I have been looking at scopes and have started a short list that so far lists the Nikon ProStaff 3-9x40 and Simmons Master Series ProHunter.

The only .22lr ammunition I have shot so far (stopped by a local indoor range last week and rented a Ruger Mark III) is the CCI MiniMag.  I expect to buy small quantities of various mid-priced .22lr and run them through the rifle to find the type that allows the rifle (and I) operate at our best.  I have also read a bunch on .22lr ammunition, and am more confused than when I started.  I will take your advice and stick with coated or jacketed rounds.

Again, thank you for the reply.
i.candide
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Offline GhostWarrior

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Re: CZ 452 Trainer
« Reply #3 on: November 06, 2011, 06:10:25 PM »
           Out standing! Thank you for serving. When I said First Firearm I left out the rest of what I ment to say, which is/was First CZ Firearm. Anyway sorry for not being clear earlier. And welcome once again to the Forum.
 
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Offline ZG47

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Re: CZ 452 Trainer
« Reply #4 on: November 09, 2011, 05:34:22 PM »
Subsonic is far more accurate at all ranges. Clean the barrel every 500 rds (or so) and you won't have any problem with barrel leading BUT also make sure that you clean out the primer residue from the front of the chamber. This is much more of an issue with .22lr than with centrefire, due to the higher ratio of primer compound to propellant.
 
If you have just cleaned your barrel, you need to fire two shots downrange to get the accuracy back. If you are changing from one type of .22 ammo to another you may need to fire 5-10 rounds in order to get your barrel accustomed to the new bullet lubricant. NB I tend  to use Winchester ammo in my target sporting rifle because the lubricant used for the basic target ammo appears to be the same as the hunting ammo lubricant whereas top end target ammo tends to have specialised lubricant.
 
When you buy a brand new .22lr it is a good idea to just fire off 50 rds of any old ammo before doing accuracy testing i.e. buy 500 rounds of decent subsonic plus a cheap packet of anything, for initial break-in. This is standard target shooting procedure.
 
A good shot at close range beats a 'hit' at a longer range.

Offline i.candide

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Re: CZ 452 Trainer
« Reply #5 on: November 10, 2011, 06:16:58 AM »
Thank you, ZG47.

 I did not know of the 'break-in period' of the rifle, though, now that you have told me, it stands to reason that everything in any mechanical apparatus must get to mesh together before the true character of the appliance comes out. 

I was totally unaware that 5-10 rounds should be fired to clean the old lubricant from the barrel. 

When you stated that you use Winchester subsonic target rounds, are you referring to Winchester T-22?

I am glad I posted on this forum.  I am learning quite a lot.


i.candide
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Offline GhostWarrior

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Re: CZ 452 Trainer
« Reply #6 on: November 10, 2011, 08:26:24 AM »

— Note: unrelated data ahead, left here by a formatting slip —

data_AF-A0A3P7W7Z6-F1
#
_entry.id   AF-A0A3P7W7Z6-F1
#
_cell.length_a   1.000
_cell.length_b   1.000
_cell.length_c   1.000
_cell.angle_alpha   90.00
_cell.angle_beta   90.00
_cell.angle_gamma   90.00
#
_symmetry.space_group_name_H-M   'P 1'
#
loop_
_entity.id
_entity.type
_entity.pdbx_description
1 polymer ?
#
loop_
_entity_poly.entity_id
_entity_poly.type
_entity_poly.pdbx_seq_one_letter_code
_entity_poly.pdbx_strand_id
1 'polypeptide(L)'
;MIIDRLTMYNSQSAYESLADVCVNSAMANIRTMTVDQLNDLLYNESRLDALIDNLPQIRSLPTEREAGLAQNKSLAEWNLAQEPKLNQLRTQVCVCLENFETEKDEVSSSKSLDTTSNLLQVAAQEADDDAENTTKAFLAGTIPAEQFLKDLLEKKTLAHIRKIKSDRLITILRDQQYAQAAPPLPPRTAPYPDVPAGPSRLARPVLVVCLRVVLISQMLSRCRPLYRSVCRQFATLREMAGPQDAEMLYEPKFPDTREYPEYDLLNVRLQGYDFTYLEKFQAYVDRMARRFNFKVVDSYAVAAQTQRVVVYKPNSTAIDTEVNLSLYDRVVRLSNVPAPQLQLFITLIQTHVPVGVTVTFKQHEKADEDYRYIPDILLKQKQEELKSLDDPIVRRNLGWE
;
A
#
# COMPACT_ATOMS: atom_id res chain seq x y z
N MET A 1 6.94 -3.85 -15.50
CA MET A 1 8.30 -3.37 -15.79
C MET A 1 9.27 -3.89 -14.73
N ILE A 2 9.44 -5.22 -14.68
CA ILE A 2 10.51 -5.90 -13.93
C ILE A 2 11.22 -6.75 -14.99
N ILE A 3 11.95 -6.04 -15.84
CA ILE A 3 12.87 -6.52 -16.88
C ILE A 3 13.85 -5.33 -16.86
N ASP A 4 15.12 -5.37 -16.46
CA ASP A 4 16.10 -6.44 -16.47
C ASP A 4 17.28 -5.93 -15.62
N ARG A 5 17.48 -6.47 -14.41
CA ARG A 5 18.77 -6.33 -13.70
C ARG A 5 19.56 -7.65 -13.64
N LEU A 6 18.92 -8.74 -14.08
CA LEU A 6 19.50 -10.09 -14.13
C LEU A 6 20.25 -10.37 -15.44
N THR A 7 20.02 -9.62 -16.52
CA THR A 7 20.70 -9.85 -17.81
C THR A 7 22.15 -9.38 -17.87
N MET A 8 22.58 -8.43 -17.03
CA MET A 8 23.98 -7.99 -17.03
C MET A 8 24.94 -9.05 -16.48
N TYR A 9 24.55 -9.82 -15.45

Oh and I believe this topic actually belongs on the CZ & BRNO Rifles Board and really so much here. I did move the latest question to that board and kept the topic, But there is to much to move this entire thing to where it should have been in the first place, but if you think about it, since it was his first post, I figure it more or less qualifies as a welcome everyone post, But I am as wrong as anyone for not moving this where it should have been. e seem to have sort of skipped or the Welcome part an and gone straight into the help portion. So please lets all reconvine in the new Topic under the CZ & BRNO Rifles Board
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Offline ZG47

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Re: CZ 452 Trainer
« Reply #7 on: November 11, 2011, 02:07:58 AM »
T22 typically, although I have changed over to Xpert Premium as well, without any hassles. Winchester (Olin) actually abandoned the upper echelon target market a long time back but if you use something like Eley, RWS or SK/Lapua there are lubricant differences at the top i.e. (Olympic) level. You should also bear in mind that all .22lr biathlon ammo will have very soft lube.
 
There are several factors to breaking-in, as below:
 
1. Barrel conditioning.
 
2. Removal of sharp edges created by the cutting of the leade (pronounced leed), i.e. the cone cut into the rifling, which lies forward of the parallel (smooth) sided area correctly known as the throat.
 
3. Smoothing of the sharp edges on the gas port hole (in gas operated weapons). NB It took several hundred rounds, i.e. at least two AWQs, before the gas plugs on our Steyr AUGs stopped collecting bullet jacket material.
 
4. Smoothing of action. By the way, one of the functions of proof firing (as done in Europe) is to set up the chamber and solidly bed the breechblock of a breechloader in the action. You will note that Savage (which does proof its rifles) is the only major U.S. manufacturer whose accuracy reputation (at the range and in the field) meets or exceeds the best Continental makers.
 
5. Settling down of trigger. Ross Seyfried (of Rifle and Handloader magazines) discovered, some years ago, that when a trigger has been disused for a while, it takes a few shots (or dry-firing exercises) to settle it down, and that the more parts, i.e. levers in the mechanism, the longer it takes. I have confirmed his assertions with my own experiments, using a Lyman electronic trigger gauge.